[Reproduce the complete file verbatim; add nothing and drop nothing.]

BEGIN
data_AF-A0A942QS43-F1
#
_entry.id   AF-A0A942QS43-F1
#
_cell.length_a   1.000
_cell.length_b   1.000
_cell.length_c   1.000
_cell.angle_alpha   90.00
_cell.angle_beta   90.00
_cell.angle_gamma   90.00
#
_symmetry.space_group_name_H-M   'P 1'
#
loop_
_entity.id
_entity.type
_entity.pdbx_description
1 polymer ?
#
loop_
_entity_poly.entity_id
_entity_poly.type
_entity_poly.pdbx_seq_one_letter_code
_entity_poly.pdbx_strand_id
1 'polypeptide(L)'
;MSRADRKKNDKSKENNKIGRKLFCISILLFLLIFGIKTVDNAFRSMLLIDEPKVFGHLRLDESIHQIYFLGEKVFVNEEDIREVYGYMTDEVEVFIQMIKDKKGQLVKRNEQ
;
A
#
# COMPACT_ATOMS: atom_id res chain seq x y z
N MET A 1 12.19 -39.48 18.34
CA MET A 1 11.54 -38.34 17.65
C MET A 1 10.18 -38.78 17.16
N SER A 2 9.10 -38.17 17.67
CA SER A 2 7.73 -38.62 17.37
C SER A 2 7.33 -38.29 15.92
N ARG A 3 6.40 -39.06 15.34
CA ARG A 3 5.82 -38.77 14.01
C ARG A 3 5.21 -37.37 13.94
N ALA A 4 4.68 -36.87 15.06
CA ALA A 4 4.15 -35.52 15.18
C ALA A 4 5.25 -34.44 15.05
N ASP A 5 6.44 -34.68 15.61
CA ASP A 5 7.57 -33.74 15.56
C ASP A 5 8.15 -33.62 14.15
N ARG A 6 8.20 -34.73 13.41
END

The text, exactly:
data_AF-A0A942QS43-F1
#
_entry.id   AF-A0A942QS43-F1
#
_cell.length_a   1.000
_cell.length_b   1.000
_cell.length_c   1.000
_cell.angle_alpha   90.00
_cell.angle_beta   90.00
_cell.angle_gamma   90.00
#
_symmetry.space_group_name_H-M   'P 1'
#
loop_
_entity.id
_entity.type
_entity.pdbx_description
1 polymer ?
#
loop_
_entity_poly.entity_id
_entity_poly.type
_entity_poly.pdbx_seq_one_letter_code
_entity_poly.pdbx_strand_id
1 'polypeptide(L)'
;MSRADRKKNDKSKENNKIGRKLFCISILLFLLIFGIKTVDNAFRSMLLIDEPKVFGHLRLDESIHQIYFLGEKVFVNEEDIREVYGYMTDEVEVFIQMIKDKKGQLVKRNEQ
;
A
#
# COMPACT_ATOMS: atom_id res chain seq x y z
N MET A 1 12.19 -39.48 18.34
CA MET A 1 11.54 -38.34 17.65
C MET A 1 10.18 -38.78 17.16
N SER A 2 9.10 -38.17 17.67
CA SER A 2 7.73 -38.62 17.37
C SER A 2 7.33 -38.29 15.92
N ARG A 3 6.40 -39.06 15.34
CA ARG A 3 5.82 -38.77 14.01
C ARG A 3 5.21 -37.37 13.94
N ALA A 4 4.68 -36.87 15.06
CA ALA A 4 4.15 -35.52 15.18
C ALA A 4 5.25 -34.44 15.05
N ASP A 5 6.44 -34.68 15.61
CA ASP A 5 7.57 -33.74 15.56
C ASP A 5 8.15 -33.62 14.15
N ARG A 6 8.20 -34.73 13.41